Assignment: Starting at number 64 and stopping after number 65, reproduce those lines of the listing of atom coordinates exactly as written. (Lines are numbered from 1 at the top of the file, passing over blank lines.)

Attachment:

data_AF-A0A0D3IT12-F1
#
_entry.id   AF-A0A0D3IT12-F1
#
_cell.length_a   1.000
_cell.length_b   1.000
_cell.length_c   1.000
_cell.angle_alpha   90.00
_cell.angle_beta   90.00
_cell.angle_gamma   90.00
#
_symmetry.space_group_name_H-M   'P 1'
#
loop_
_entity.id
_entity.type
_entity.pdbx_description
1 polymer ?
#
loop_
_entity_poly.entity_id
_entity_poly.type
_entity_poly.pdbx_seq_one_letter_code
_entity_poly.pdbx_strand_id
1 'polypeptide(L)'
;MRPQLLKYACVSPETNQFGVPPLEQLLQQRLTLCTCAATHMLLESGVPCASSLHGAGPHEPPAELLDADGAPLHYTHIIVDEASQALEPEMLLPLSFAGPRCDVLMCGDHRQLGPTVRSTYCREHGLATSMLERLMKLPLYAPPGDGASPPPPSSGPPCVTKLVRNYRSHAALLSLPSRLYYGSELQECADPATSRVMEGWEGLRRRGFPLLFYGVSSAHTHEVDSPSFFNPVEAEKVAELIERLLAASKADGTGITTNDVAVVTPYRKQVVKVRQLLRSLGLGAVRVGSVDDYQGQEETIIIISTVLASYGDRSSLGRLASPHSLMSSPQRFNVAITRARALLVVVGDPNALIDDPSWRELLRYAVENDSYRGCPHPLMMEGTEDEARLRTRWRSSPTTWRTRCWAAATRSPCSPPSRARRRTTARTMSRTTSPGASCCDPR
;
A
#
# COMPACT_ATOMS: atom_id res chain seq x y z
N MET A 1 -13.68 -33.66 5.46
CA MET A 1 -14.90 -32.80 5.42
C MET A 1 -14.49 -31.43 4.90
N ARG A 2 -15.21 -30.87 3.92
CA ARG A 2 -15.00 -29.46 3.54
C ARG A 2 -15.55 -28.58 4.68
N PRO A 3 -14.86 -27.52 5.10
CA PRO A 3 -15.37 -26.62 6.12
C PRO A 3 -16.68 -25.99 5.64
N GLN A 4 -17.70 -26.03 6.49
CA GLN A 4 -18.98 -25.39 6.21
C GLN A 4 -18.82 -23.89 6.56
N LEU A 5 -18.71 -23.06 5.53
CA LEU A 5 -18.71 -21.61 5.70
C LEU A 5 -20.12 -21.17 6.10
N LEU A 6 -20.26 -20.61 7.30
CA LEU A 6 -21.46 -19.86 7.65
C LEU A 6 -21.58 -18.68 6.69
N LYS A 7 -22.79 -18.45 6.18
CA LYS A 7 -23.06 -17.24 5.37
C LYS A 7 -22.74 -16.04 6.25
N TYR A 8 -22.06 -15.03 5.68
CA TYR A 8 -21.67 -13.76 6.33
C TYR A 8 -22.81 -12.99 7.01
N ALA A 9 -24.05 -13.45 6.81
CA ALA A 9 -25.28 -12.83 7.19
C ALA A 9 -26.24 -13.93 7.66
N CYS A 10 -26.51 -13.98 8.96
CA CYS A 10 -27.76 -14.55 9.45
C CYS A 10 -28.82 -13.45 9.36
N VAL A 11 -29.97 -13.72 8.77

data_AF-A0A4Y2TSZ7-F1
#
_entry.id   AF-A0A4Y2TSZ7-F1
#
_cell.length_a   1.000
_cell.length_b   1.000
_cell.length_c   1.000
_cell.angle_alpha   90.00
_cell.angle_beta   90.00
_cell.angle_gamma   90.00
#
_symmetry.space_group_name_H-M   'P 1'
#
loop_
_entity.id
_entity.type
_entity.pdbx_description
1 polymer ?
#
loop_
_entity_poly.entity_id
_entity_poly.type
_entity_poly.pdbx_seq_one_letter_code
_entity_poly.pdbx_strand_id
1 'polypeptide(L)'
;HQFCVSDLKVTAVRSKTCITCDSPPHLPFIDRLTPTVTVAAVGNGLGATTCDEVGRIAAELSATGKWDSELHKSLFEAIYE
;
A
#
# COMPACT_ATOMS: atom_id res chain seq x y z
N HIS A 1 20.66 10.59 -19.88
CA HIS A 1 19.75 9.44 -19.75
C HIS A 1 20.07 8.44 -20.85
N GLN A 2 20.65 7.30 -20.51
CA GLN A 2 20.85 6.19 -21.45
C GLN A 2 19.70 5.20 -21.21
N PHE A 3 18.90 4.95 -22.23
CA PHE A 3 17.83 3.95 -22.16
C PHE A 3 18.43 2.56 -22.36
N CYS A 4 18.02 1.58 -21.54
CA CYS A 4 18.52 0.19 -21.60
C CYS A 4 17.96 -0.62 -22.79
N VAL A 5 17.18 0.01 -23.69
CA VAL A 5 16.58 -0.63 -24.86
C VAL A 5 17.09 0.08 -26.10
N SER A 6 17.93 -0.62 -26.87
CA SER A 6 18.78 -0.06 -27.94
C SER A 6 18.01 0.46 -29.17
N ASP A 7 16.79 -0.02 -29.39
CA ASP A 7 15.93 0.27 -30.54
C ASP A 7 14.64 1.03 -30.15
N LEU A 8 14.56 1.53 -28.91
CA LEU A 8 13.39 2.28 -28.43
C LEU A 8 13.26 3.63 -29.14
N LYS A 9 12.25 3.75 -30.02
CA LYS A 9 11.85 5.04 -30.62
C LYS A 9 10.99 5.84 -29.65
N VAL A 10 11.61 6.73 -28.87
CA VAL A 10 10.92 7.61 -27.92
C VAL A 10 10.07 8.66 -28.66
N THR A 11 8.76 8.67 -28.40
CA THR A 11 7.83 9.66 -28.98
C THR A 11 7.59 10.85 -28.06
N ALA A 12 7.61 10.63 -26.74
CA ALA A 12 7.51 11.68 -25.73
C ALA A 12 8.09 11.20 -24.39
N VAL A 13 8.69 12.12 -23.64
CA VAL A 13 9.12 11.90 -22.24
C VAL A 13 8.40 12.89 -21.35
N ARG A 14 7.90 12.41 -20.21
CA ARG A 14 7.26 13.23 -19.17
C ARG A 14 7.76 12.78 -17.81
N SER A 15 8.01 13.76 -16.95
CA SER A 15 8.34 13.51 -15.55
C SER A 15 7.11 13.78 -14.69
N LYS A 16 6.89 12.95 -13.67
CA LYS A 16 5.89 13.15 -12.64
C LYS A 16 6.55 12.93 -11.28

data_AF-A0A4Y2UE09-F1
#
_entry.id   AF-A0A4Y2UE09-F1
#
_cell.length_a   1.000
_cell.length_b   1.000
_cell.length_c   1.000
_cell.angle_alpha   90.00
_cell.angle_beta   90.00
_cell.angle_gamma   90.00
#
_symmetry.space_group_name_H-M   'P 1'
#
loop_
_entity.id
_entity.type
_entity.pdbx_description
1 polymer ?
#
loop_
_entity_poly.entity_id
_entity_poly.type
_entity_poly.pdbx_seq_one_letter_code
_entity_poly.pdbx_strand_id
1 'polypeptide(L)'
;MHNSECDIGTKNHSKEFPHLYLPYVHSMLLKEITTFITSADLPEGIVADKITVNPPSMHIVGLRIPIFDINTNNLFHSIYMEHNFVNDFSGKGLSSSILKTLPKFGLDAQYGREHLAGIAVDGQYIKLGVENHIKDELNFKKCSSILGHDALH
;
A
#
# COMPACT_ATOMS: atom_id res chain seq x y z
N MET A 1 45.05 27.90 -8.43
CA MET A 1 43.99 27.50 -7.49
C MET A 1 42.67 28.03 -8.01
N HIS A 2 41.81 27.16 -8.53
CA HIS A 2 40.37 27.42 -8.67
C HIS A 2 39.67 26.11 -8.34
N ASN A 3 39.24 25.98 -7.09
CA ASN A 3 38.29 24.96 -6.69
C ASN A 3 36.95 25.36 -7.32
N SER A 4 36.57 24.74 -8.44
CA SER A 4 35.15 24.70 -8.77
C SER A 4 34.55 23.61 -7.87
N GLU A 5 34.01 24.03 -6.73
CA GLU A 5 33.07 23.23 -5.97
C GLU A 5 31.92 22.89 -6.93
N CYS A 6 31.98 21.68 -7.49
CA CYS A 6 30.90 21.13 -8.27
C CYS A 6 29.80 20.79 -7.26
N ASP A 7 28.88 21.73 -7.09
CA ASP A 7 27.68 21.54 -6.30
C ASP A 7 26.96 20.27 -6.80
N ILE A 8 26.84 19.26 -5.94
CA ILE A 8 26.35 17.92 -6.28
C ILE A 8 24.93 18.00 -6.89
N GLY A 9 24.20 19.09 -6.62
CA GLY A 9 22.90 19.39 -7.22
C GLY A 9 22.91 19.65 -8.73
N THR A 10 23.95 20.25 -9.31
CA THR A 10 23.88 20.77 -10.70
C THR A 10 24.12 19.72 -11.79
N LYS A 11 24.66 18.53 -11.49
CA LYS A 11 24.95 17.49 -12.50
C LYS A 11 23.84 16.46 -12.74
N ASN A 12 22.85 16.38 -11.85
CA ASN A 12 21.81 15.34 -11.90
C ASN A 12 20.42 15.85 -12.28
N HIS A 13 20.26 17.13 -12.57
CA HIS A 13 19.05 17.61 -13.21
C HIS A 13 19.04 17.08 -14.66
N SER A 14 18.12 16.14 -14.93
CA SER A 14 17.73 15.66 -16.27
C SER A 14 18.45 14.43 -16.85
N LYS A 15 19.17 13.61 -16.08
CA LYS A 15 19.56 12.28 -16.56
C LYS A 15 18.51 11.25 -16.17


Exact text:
_entry.id   AF-A0A4Y2TSZ7-F1
#